The investigation began when Army veteran Dan Chappel joined a Michigan paramilitary group and grew alarmed when he heard reports of police officers being killed. He agreed to become an FBI informant and spent the summer of 2020 bonding with Fox and others, secretly recording conversations, and participating in drills at “film houses” in Wisconsin and Michigan.
The FBI made it a major domestic terrorism case with two other informants and two undercover agents embedded in the group. Evidence showed the group had many gripes, particularly over the stay-at-home orders and other pandemic restrictions imposed by Whitmer.
Fox, Croft and others, accompanied by government agents, traveled to northern Michigan to see Whitmer’s vacation home at night and a bridge that could be destroyed. Ty Garbin and Kaleb Franks were also there. They pleaded guilty and testified for the prosecution.
Whitmer was not physically injured; six men were arrested within hours of her home in October 2020.
David Porter, who heads the FBI in western Michigan, welcomed the verdicts.
“Here in America, if you don’t agree with your government, you have options. … What you can’t do is plan or commit acts of violence,” he said. he declared in front of the courthouse.
Defense attorneys attempted to bring the FBI to trial, repeatedly pointing out, during cross-examination of witnesses and during closing remarks, that federal actors were present at every crucial event and framed the men.
Fox and Croft, they said, were “big talkers” who liked to smoke marijuana and were only guilty of exercising their right to say vile things about Whitmer and the government.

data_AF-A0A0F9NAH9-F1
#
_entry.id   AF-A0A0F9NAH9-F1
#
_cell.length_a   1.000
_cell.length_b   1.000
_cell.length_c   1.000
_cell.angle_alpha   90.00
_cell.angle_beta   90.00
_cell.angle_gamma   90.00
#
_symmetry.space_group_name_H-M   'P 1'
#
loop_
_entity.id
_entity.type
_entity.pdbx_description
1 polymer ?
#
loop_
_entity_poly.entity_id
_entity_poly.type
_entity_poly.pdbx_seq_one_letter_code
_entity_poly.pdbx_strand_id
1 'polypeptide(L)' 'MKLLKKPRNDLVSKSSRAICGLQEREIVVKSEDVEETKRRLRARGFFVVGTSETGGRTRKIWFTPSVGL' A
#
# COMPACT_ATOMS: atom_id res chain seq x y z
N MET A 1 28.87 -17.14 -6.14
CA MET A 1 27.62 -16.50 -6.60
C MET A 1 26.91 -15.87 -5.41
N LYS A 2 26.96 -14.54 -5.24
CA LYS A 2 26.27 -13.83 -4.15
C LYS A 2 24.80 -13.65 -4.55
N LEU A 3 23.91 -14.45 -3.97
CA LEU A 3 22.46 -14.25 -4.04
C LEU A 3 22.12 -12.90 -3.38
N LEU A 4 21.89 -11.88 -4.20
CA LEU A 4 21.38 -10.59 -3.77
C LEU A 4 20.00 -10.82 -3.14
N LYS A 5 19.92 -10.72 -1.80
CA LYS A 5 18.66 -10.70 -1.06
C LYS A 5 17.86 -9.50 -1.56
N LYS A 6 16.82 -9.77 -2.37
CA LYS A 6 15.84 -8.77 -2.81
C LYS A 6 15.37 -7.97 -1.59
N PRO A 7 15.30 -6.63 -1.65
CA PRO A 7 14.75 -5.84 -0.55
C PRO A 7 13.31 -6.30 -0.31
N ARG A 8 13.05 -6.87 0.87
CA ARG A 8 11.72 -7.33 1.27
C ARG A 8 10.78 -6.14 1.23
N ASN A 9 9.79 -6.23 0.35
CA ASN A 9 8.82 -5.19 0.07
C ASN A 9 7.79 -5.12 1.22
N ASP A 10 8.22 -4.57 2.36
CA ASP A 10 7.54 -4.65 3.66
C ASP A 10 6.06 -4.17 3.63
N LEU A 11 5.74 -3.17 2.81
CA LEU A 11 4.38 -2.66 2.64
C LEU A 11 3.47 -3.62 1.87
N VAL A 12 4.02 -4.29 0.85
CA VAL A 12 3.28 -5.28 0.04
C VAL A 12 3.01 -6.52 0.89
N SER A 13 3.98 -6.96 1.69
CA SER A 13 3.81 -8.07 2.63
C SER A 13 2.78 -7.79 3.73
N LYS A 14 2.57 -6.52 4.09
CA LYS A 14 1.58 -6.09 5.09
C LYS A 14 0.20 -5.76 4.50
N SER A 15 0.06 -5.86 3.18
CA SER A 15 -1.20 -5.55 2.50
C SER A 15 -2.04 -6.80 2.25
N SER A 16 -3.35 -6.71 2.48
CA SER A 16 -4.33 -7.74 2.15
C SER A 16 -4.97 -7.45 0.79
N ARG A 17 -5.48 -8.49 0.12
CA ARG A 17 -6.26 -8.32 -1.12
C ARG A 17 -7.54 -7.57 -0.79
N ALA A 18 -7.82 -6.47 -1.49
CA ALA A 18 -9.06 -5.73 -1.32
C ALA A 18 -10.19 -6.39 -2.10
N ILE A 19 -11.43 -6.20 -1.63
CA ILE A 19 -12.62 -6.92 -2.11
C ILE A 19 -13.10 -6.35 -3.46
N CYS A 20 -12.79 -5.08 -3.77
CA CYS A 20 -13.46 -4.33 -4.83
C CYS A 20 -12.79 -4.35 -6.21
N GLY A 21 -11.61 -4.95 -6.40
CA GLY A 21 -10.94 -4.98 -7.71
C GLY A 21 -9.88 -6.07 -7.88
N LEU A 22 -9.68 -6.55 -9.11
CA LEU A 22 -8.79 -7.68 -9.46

“It’s not Russia. That’s not how our country works,” Blanchard, Croft’s attorney, told jurors. “You can’t suspect that someone might commit a crime because you don’t like the things they say, you don’t like their ideologies.”
Gibbons said the FBI is not supposed to create “domestic terrorists”. He described Fox, 39, as poor and living in the basement of a Grand Rapids-area vacuum cleaner store, which was a hangout with Chappel and an agent.
Hours after the verdicts, U.S. District Judge Robert Jonker released his Aug. 14 findings regarding a juror. Blanchard had revealed early in the trial that his office received a call from someone who said the juror was eager to be chosen and would vote to convict him.
“The juror repeatedly and consistently denied making such statements,” said Jonker, who with staff spoke with the person privately. “Based on the court’s observation of the juror’s attitude and demeanor, these answers were credible.”
In separate but related cases, eight other men linked to the kidnapping plan are being sued by Michigan’s attorney general in state court.
Whitmer in 2020 blamed Trump for stirring up mistrust and fomenting anger on coronavirus restrictions and refusing to condemn hate groups and right-wing extremists like those charged in Michigan.
On August 6, three days before jury selection, Trump told conservative activists that the kidnapping plan was a “fake deal.”
Find the AP’s full coverage of the kidnapping conspiracy trial: https://apnews.com/hub/whitmer-kidnap-plot-trial
White reported from Detroit.